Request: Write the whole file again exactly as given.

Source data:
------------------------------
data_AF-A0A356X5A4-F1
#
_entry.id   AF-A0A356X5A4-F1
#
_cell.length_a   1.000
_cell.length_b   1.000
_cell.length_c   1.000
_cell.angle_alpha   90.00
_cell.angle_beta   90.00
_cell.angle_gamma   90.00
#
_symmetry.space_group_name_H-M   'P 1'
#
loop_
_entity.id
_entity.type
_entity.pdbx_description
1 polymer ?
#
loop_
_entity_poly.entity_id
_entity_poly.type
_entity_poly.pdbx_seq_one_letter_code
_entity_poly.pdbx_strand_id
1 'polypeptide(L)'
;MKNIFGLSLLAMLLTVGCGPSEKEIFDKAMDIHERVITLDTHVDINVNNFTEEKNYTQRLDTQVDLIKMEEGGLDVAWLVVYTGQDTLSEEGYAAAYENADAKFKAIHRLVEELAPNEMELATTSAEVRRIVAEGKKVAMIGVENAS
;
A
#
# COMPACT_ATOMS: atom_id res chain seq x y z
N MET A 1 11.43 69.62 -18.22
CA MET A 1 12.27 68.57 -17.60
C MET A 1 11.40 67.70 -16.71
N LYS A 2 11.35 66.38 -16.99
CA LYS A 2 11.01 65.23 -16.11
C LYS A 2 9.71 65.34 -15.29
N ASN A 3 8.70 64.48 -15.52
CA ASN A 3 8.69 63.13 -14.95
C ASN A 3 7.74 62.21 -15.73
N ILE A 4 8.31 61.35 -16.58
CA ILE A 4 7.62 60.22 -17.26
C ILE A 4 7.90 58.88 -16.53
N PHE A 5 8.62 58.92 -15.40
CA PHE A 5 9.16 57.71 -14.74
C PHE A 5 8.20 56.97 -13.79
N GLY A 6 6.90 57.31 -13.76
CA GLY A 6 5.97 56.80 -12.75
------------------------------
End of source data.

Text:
data_AF-A0A356X5A4-F1
#
_entry.id   AF-A0A356X5A4-F1
#
_cell.length_a   1.000
_cell.length_b   1.000
_cell.length_c   1.000
_cell.angle_alpha   90.00
_cell.angle_beta   90.00
_cell.angle_gamma   90.00
#
_symmetry.space_group_name_H-M   'P 1'
#
loop_
_entity.id
_entity.type
_entity.pdbx_description
1 polymer ?
#
loop_
_entity_poly.entity_id
_entity_poly.type
_entity_poly.pdbx_seq_one_letter_code
_entity_poly.pdbx_strand_id
1 'polypeptide(L)'
;MKNIFGLSLLAMLLTVGCGPSEKEIFDKAMDIHERVITLDTHVDINVNNFTEEKNYTQRLDTQVDLIKMEEGGLDVAWLVVYTGQDTLSEEGYAAAYENADAKFKAIHRLVEELAPNEMELATTSAEVRRIVAEGKKVAMIGVENAS
;
A
#
# COMPACT_ATOMS: atom_id res chain seq x y z
N MET A 1 11.43 69.62 -18.22
CA MET A 1 12.27 68.57 -17.60
C MET A 1 11.40 67.70 -16.71
N LYS A 2 11.35 66.38 -16.99
CA LYS A 2 11.01 65.23 -16.11
C LYS A 2 9.71 65.34 -15.29
N ASN A 3 8.70 64.48 -15.52
CA ASN A 3 8.69 63.13 -14.95
C ASN A 3 7.74 62.21 -15.73
N ILE A 4 8.31 61.35 -16.58
CA ILE A 4 7.62 60.22 -17.26
C ILE A 4 7.90 58.88 -16.53
N PHE A 5 8.62 58.92 -15.40
CA PHE A 5 9.16 57.71 -14.74
C PHE A 5 8.20 56.97 -13.79
N GLY A 6 6.90 57.31 -13.76
CA GLY A 6 5.97 56.80 -12.75